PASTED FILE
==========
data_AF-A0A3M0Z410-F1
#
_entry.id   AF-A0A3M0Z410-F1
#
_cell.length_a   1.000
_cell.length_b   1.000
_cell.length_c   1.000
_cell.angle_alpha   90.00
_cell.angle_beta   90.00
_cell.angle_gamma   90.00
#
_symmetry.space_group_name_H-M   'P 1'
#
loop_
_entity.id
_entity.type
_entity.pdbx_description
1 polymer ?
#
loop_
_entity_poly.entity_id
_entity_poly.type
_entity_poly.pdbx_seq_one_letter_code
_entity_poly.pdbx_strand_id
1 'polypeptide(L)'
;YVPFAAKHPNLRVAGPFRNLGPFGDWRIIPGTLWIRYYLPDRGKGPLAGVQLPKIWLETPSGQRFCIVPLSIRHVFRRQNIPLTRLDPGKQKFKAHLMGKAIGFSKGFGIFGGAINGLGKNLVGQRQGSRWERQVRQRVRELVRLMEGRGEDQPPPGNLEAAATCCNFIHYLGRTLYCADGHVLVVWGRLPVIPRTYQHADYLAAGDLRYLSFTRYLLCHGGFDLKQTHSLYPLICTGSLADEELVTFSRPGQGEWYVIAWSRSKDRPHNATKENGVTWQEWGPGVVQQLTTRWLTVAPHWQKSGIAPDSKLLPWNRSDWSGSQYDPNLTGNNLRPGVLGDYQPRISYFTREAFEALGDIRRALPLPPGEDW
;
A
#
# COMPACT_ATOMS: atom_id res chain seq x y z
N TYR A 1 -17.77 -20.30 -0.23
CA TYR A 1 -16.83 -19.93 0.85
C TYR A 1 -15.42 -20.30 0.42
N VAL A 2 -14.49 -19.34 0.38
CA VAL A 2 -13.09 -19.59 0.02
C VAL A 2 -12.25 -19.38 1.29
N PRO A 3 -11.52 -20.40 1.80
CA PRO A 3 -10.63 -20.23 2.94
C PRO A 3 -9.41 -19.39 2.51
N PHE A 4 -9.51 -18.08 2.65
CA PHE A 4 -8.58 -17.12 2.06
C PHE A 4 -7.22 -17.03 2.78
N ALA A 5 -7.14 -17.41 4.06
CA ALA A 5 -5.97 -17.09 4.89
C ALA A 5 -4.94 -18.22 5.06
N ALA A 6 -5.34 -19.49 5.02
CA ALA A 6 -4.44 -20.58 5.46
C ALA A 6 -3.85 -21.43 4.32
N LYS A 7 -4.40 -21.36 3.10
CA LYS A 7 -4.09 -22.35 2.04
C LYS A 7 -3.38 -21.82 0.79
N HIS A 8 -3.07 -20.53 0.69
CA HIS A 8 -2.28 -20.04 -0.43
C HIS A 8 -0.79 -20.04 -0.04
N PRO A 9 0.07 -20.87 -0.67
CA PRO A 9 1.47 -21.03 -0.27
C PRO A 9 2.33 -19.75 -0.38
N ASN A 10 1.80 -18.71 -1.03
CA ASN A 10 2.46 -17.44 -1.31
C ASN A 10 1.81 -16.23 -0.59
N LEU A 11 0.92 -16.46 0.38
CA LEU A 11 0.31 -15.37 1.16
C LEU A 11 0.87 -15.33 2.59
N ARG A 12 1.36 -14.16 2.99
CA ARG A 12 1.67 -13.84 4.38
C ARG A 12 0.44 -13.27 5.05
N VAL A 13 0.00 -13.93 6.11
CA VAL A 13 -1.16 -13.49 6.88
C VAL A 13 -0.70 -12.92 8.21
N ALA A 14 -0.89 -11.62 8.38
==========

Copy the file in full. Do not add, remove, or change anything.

data_AF-A0A3M0Z410-F1
#
_entry.id   AF-A0A3M0Z410-F1
#
_cell.length_a   1.000
_cell.length_b   1.000
_cell.length_c   1.000
_cell.angle_alpha   90.00
_cell.angle_beta   90.00
_cell.angle_gamma   90.00
#
_symmetry.space_group_name_H-M   'P 1'
#
loop_
_entity.id
_entity.type
_entity.pdbx_description
1 polymer ?
#
loop_
_entity_poly.entity_id
_entity_poly.type
_entity_poly.pdbx_seq_one_letter_code
_entity_poly.pdbx_strand_id
1 'polypeptide(L)'
;YVPFAAKHPNLRVAGPFRNLGPFGDWRIIPGTLWIRYYLPDRGKGPLAGVQLPKIWLETPSGQRFCIVPLSIRHVFRRQNIPLTRLDPGKQKFKAHLMGKAIGFSKGFGIFGGAINGLGKNLVGQRQGSRWERQVRQRVRELVRLMEGRGEDQPPPGNLEAAATCCNFIHYLGRTLYCADGHVLVVWGRLPVIPRTYQHADYLAAGDLRYLSFTRYLLCHGGFDLKQTHSLYPLICTGSLADEELVTFSRPGQGEWYVIAWSRSKDRPHNATKENGVTWQEWGPGVVQQLTTRWLTVAPHWQKSGIAPDSKLLPWNRSDWSGSQYDPNLTGNNLRPGVLGDYQPRISYFTREAFEALGDIRRALPLPPGEDW
;
A
#
# COMPACT_ATOMS: atom_id res chain seq x y z
N TYR A 1 -17.77 -20.30 -0.23
CA TYR A 1 -16.83 -19.93 0.85
C TYR A 1 -15.42 -20.30 0.42
N VAL A 2 -14.49 -19.34 0.38
CA VAL A 2 -13.09 -19.59 0.02
C VAL A 2 -12.25 -19.38 1.29
N PRO A 3 -11.52 -20.40 1.80
CA PRO A 3 -10.63 -20.23 2.94
C PRO A 3 -9.41 -19.39 2.51
N PHE A 4 -9.51 -18.08 2.65
CA PHE A 4 -8.58 -17.12 2.06
C PHE A 4 -7.22 -17.03 2.78
N ALA A 5 -7.14 -17.41 4.06
CA ALA A 5 -5.97 -17.09 4.89
C ALA A 5 -4.94 -18.22 5.06
N ALA A 6 -5.34 -19.49 5.02
CA ALA A 6 -4.44 -20.58 5.46
C ALA A 6 -3.85 -21.43 4.32
N LYS A 7 -4.40 -21.36 3.10
CA LYS A 7 -4.09 -22.35 2.04
C LYS A 7 -3.38 -21.82 0.79
N HIS A 8 -3.07 -20.53 0.69
CA HIS A 8 -2.28 -20.04 -0.43
C HIS A 8 -0.79 -20.04 -0.04
N PRO A 9 0.07 -20.87 -0.67
CA PRO A 9 1.47 -21.03 -0.27
C PRO A 9 2.33 -19.75 -0.38
N ASN A 10 1.80 -18.71 -1.03
CA ASN A 10 2.46 -17.44 -1.31
C ASN A 10 1.81 -16.23 -0.59
N LEU A 11 0.92 -16.46 0.38
CA LEU A 11 0.31 -15.37 1.16
C LEU A 11 0.87 -15.33 2.59
N ARG A 12 1.36 -14.16 2.99
CA ARG A 12 1.67 -13.84 4.38
C ARG A 12 0.44 -13.27 5.05
N VAL A 13 0.00 -13.93 6.11
CA VAL A 13 -1.16 -13.49 6.88
C VAL A 13 -0.70 -12.92 8.21
N ALA A 14 -0.89 -11.62 8.38